Taking a cue from Working Designs, Atlus has crafted a number of extras for Thousand Arms: memory card stickers, an art-laden full-color manual, and a large lenticular card are included, while a massive 36" x 24" poster is available through major retailers at purchase. Disappointingly, the dual multimedia / soundtrack CD must be requested via mail (with a $2 shipping and handling fee), forcing gamers to wait several weeks before experimenting with the most interesting of Thousand Arms' extras. If the game's appeal hasn't worn off by then, one can look forward to character bios, theme songs, screen savers, desktop wallpapers / themes, links to "hot gaming web sites," and a seemingly hidden directory with "outtakes." Most of the outtakes are just that -- humorless recordings which were discarded before a perfect voice recording was made, but there are a small number of gems present as well, such as the techno-remixed "kyleen.mp3." The soundtrack contains 40 different songs from the game -- most are only about 1 minute long, but the tracks are well-chosen and make for an eminently listenable CD.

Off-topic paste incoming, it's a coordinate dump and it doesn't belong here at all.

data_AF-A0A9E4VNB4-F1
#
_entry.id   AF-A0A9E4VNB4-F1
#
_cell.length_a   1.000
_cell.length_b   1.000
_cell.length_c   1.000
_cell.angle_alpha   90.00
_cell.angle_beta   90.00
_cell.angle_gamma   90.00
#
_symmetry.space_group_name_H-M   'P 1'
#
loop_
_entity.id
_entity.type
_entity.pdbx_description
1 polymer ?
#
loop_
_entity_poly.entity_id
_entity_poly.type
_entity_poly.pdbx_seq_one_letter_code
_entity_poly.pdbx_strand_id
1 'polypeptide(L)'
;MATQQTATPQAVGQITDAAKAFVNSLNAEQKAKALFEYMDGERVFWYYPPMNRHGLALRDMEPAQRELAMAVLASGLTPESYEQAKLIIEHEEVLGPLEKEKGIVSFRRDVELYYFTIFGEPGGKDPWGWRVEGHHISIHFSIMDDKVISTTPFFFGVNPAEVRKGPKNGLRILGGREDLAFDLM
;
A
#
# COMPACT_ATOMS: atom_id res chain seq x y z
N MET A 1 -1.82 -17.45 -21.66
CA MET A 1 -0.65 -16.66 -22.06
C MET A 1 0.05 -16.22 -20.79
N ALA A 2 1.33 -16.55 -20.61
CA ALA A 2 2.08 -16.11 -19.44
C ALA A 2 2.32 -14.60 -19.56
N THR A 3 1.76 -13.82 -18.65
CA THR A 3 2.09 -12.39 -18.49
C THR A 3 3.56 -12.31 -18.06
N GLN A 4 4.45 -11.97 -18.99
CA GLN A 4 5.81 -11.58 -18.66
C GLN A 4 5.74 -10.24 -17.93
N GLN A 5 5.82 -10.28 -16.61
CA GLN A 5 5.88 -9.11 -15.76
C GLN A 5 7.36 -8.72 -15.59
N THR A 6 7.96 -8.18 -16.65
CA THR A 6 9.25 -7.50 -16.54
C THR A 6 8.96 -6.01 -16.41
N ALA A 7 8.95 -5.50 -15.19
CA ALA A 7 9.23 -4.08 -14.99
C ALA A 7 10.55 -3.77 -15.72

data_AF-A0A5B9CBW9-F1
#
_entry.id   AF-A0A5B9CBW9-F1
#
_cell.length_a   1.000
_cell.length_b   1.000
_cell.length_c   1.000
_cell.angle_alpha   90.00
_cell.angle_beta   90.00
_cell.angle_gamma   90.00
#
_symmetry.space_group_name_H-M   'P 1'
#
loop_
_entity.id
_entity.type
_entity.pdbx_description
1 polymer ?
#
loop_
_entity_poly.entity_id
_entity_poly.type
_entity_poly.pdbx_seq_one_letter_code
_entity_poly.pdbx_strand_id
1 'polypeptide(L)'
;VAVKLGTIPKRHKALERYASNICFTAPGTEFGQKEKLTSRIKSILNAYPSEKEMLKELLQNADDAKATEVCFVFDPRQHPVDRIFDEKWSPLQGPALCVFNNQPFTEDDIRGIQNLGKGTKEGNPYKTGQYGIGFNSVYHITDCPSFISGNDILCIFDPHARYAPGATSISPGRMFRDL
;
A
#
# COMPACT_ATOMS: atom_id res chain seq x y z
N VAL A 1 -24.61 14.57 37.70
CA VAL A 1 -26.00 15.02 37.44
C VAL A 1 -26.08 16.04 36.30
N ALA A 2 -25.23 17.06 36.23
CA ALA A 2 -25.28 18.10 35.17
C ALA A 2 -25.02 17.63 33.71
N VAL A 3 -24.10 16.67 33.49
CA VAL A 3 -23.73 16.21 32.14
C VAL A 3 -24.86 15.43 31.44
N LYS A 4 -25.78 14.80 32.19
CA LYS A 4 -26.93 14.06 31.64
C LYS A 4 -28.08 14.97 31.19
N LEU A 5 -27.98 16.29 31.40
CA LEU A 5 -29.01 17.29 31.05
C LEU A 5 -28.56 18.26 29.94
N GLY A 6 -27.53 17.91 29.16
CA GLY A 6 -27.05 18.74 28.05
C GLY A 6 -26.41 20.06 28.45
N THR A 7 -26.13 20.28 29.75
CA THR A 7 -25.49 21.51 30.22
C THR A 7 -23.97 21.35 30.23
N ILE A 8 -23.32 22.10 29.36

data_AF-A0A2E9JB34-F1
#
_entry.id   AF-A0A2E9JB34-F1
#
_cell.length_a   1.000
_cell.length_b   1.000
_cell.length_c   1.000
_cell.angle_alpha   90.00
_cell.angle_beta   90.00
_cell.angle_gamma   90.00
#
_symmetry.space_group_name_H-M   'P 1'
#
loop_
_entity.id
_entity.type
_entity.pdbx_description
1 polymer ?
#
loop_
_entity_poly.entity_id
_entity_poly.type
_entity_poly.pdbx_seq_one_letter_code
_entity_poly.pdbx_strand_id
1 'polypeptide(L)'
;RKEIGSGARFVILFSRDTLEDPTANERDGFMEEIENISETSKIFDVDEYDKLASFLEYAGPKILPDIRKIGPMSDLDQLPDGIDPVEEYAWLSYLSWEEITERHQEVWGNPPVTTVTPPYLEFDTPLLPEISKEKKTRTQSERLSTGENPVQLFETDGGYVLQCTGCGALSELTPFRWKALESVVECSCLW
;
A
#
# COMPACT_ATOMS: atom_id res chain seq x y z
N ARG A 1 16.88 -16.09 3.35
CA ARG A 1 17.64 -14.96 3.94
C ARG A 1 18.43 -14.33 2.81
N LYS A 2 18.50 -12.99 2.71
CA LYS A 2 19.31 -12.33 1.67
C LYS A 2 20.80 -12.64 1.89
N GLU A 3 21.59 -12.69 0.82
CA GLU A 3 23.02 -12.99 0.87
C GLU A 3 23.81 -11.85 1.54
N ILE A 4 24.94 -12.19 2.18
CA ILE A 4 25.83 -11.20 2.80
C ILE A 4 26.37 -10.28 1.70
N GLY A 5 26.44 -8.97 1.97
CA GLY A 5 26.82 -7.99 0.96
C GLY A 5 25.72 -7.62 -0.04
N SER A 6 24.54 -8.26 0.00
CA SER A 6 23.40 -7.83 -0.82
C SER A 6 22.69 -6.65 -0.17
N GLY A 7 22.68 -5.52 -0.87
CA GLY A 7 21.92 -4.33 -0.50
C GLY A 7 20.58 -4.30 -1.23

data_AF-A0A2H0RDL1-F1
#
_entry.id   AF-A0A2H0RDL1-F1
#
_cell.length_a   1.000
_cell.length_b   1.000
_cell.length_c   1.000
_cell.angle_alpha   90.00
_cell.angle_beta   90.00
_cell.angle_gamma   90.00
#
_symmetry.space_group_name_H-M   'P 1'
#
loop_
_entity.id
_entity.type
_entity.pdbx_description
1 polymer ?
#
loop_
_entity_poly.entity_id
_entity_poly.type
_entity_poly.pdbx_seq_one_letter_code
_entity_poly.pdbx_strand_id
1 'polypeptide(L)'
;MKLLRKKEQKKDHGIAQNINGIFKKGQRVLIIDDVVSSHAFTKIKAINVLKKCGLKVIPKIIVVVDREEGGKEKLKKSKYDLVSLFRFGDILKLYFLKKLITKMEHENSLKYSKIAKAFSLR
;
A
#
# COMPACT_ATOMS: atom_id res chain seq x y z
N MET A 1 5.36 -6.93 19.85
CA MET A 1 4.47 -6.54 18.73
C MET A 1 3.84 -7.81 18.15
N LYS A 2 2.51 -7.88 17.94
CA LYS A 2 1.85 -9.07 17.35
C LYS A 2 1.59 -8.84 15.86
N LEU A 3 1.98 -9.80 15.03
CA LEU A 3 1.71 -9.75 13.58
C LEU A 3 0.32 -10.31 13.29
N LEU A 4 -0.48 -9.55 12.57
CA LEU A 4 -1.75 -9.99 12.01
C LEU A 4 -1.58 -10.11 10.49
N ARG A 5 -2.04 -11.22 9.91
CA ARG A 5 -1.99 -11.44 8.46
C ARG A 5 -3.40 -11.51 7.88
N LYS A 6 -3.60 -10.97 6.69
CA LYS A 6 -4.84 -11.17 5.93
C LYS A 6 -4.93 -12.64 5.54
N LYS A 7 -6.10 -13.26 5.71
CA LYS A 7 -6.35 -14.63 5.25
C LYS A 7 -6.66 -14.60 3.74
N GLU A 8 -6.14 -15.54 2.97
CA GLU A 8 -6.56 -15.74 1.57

The game's music itself, like the soundtrack, is well above average; a number of different styles are mixed with some fantastic instrument samples, and fit the game's atmosphere. Overall, Thousand Arms should appeal to most RPG fans' tastes. Solid gameplay is built upon with scads of voice acting, well-crafted dialog, an intriguing weapon forging system, and the addictive dating simulator. A considerable number of big-name RPGs are on store shelves this Christmas season -- Thousand Arms deserves to be one of them.

Review by Brian Glick, GIA.
Thousand Arms
Developer Red Company
Publisher Atlus
Genre Traditional RPG
Medium CD(2)
Platform PlayStation
Release Date  12.17.98
Thousand Arms released
Six movies / 100+ screen shots
"Seaport" sketch
9 character backgrounds